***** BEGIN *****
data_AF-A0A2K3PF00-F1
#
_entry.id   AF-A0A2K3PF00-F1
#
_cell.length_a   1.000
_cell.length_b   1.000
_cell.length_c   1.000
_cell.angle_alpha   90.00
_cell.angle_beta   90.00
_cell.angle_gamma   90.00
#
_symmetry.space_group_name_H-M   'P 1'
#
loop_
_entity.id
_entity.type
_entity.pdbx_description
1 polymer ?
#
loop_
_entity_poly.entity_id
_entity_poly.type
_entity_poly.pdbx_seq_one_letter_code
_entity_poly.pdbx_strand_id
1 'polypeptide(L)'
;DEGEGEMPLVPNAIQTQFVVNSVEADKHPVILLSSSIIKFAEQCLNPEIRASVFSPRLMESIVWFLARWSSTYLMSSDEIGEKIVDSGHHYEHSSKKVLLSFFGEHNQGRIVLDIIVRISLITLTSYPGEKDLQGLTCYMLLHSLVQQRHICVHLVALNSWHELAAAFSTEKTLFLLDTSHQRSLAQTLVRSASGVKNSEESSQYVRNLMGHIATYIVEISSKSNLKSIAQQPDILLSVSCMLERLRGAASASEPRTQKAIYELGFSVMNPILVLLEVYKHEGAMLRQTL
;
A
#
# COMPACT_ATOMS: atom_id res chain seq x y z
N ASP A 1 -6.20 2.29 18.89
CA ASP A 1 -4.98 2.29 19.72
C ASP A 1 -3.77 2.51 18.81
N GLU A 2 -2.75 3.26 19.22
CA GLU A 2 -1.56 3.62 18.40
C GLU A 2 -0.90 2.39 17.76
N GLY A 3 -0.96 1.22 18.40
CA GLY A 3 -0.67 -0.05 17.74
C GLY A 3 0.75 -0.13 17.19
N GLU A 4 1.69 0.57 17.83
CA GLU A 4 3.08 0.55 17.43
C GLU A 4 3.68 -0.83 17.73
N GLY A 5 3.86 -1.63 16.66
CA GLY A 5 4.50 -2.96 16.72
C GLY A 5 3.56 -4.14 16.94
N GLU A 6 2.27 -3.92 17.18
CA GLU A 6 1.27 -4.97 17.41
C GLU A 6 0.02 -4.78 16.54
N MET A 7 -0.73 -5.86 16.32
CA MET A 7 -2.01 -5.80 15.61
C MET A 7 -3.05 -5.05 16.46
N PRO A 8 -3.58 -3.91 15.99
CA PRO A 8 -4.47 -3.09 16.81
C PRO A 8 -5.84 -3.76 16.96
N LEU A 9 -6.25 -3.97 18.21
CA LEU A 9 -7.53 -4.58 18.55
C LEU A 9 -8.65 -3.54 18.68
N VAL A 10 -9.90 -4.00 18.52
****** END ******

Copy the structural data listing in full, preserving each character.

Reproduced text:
data_AF-A0A2K3PF00-F1
#
_entry.id   AF-A0A2K3PF00-F1
#
_cell.length_a   1.000
_cell.length_b   1.000
_cell.length_c   1.000
_cell.angle_alpha   90.00
_cell.angle_beta   90.00
_cell.angle_gamma   90.00
#
_symmetry.space_group_name_H-M   'P 1'
#
loop_
_entity.id
_entity.type
_entity.pdbx_description
1 polymer ?
#
loop_
_entity_poly.entity_id
_entity_poly.type
_entity_poly.pdbx_seq_one_letter_code
_entity_poly.pdbx_strand_id
1 'polypeptide(L)'
;DEGEGEMPLVPNAIQTQFVVNSVEADKHPVILLSSSIIKFAEQCLNPEIRASVFSPRLMESIVWFLARWSSTYLMSSDEIGEKIVDSGHHYEHSSKKVLLSFFGEHNQGRIVLDIIVRISLITLTSYPGEKDLQGLTCYMLLHSLVQQRHICVHLVALNSWHELAAAFSTEKTLFLLDTSHQRSLAQTLVRSASGVKNSEESSQYVRNLMGHIATYIVEISSKSNLKSIAQQPDILLSVSCMLERLRGAASASEPRTQKAIYELGFSVMNPILVLLEVYKHEGAMLRQTL
;
A
#
# COMPACT_ATOMS: atom_id res chain seq x y z
N ASP A 1 -6.20 2.29 18.89
CA ASP A 1 -4.98 2.29 19.72
C ASP A 1 -3.77 2.51 18.81
N GLU A 2 -2.75 3.26 19.22
CA GLU A 2 -1.56 3.62 18.40
C GLU A 2 -0.90 2.39 17.76
N GLY A 3 -0.96 1.22 18.40
CA GLY A 3 -0.67 -0.05 17.74
C GLY A 3 0.75 -0.13 17.19
N GLU A 4 1.69 0.57 17.83
CA GLU A 4 3.08 0.55 17.43
C GLU A 4 3.68 -0.83 17.73
N GLY A 5 3.86 -1.63 16.66
CA GLY A 5 4.50 -2.96 16.72
C GLY A 5 3.56 -4.14 16.94
N GLU A 6 2.27 -3.92 17.18
CA GLU A 6 1.27 -4.97 17.41
C GLU A 6 0.02 -4.78 16.54
N MET A 7 -0.73 -5.86 16.32
CA MET A 7 -2.01 -5.80 15.61
C MET A 7 -3.05 -5.05 16.46
N PRO A 8 -3.58 -3.91 15.99
CA PRO A 8 -4.47 -3.09 16.81
C PRO A 8 -5.84 -3.76 16.96
N LEU A 9 -6.25 -3.97 18.21
CA LEU A 9 -7.53 -4.58 18.55
C LEU A 9 -8.65 -3.54 18.68
N VAL A 10 -9.90 -4.00 18.52